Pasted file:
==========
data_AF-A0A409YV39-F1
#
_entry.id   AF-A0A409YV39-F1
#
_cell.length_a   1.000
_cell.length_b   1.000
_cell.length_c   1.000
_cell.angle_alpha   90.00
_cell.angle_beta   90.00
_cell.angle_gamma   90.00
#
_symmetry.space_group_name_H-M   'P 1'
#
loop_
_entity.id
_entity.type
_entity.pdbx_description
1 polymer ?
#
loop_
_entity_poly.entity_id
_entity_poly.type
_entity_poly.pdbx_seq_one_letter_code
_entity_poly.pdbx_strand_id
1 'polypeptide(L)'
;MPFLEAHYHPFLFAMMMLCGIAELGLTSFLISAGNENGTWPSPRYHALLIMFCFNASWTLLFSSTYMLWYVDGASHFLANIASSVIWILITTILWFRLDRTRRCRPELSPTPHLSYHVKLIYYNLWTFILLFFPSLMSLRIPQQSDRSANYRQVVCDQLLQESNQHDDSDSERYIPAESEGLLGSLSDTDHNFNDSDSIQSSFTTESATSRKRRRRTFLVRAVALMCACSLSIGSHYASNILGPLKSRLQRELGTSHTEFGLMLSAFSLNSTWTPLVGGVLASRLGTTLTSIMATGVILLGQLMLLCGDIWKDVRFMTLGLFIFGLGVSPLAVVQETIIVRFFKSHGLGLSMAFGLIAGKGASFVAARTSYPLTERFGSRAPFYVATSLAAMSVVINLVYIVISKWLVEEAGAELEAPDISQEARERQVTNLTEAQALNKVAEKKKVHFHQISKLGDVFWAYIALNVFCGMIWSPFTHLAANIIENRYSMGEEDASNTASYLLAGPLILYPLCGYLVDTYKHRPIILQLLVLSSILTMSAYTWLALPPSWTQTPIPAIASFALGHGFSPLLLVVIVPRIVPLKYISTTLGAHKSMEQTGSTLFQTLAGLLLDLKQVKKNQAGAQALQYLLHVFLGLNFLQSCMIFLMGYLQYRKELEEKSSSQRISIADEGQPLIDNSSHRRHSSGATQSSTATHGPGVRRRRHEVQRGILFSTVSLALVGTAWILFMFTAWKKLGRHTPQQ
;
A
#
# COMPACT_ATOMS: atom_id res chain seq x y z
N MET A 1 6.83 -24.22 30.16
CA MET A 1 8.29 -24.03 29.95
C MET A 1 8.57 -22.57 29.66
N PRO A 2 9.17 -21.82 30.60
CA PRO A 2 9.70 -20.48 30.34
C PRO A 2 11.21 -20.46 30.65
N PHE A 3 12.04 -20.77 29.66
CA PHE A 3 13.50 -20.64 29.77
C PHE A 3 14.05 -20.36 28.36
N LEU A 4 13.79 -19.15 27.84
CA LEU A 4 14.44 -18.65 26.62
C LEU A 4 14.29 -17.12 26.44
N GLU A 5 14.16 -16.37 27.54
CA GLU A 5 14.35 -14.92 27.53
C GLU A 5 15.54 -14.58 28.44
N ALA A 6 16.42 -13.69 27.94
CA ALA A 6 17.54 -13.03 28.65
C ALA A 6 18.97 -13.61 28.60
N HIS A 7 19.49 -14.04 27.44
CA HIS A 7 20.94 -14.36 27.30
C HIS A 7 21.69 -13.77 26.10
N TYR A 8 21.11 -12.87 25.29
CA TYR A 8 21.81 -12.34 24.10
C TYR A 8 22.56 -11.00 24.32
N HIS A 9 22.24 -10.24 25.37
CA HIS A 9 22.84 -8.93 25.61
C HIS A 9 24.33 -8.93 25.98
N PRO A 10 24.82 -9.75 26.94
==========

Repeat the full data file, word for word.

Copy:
data_AF-A0A409YV39-F1
#
_entry.id   AF-A0A409YV39-F1
#
_cell.length_a   1.000
_cell.length_b   1.000
_cell.length_c   1.000
_cell.angle_alpha   90.00
_cell.angle_beta   90.00
_cell.angle_gamma   90.00
#
_symmetry.space_group_name_H-M   'P 1'
#
loop_
_entity.id
_entity.type
_entity.pdbx_description
1 polymer ?
#
loop_
_entity_poly.entity_id
_entity_poly.type
_entity_poly.pdbx_seq_one_letter_code
_entity_poly.pdbx_strand_id
1 'polypeptide(L)'
;MPFLEAHYHPFLFAMMMLCGIAELGLTSFLISAGNENGTWPSPRYHALLIMFCFNASWTLLFSSTYMLWYVDGASHFLANIASSVIWILITTILWFRLDRTRRCRPELSPTPHLSYHVKLIYYNLWTFILLFFPSLMSLRIPQQSDRSANYRQVVCDQLLQESNQHDDSDSERYIPAESEGLLGSLSDTDHNFNDSDSIQSSFTTESATSRKRRRRTFLVRAVALMCACSLSIGSHYASNILGPLKSRLQRELGTSHTEFGLMLSAFSLNSTWTPLVGGVLASRLGTTLTSIMATGVILLGQLMLLCGDIWKDVRFMTLGLFIFGLGVSPLAVVQETIIVRFFKSHGLGLSMAFGLIAGKGASFVAARTSYPLTERFGSRAPFYVATSLAAMSVVINLVYIVISKWLVEEAGAELEAPDISQEARERQVTNLTEAQALNKVAEKKKVHFHQISKLGDVFWAYIALNVFCGMIWSPFTHLAANIIENRYSMGEEDASNTASYLLAGPLILYPLCGYLVDTYKHRPIILQLLVLSSILTMSAYTWLALPPSWTQTPIPAIASFALGHGFSPLLLVVIVPRIVPLKYISTTLGAHKSMEQTGSTLFQTLAGLLLDLKQVKKNQAGAQALQYLLHVFLGLNFLQSCMIFLMGYLQYRKELEEKSSSQRISIADEGQPLIDNSSHRRHSSGATQSSTATHGPGVRRRRHEVQRGILFSTVSLALVGTAWILFMFTAWKKLGRHTPQQ
;
A
#
# COMPACT_ATOMS: atom_id res chain seq x y z
N MET A 1 6.83 -24.22 30.16
CA MET A 1 8.29 -24.03 29.95
C MET A 1 8.57 -22.57 29.66
N PRO A 2 9.17 -21.82 30.60
CA PRO A 2 9.70 -20.48 30.34
C PRO A 2 11.21 -20.46 30.65
N PHE A 3 12.04 -20.77 29.66
CA PHE A 3 13.50 -20.64 29.77
C PHE A 3 14.05 -20.36 28.36
N LEU A 4 13.79 -19.15 27.84
CA LEU A 4 14.44 -18.65 26.62
C LEU A 4 14.29 -17.12 26.44
N GLU A 5 14.16 -16.37 27.54
CA GLU A 5 14.35 -14.92 27.53
C GLU A 5 15.54 -14.58 28.44
N ALA A 6 16.42 -13.69 27.94
CA ALA A 6 17.54 -13.03 28.65
C ALA A 6 18.97 -13.61 28.60
N HIS A 7 19.49 -14.04 27.44
CA HIS A 7 20.94 -14.36 27.30
C HIS A 7 21.69 -13.77 26.10
N TYR A 8 21.11 -12.87 25.29
CA TYR A 8 21.81 -12.34 24.10
C TYR A 8 22.56 -11.00 24.32
N HIS A 9 22.24 -10.24 25.37
CA HIS A 9 22.84 -8.93 25.61
C HIS A 9 24.33 -8.93 25.98
N PRO A 10 24.82 -9.75 26.94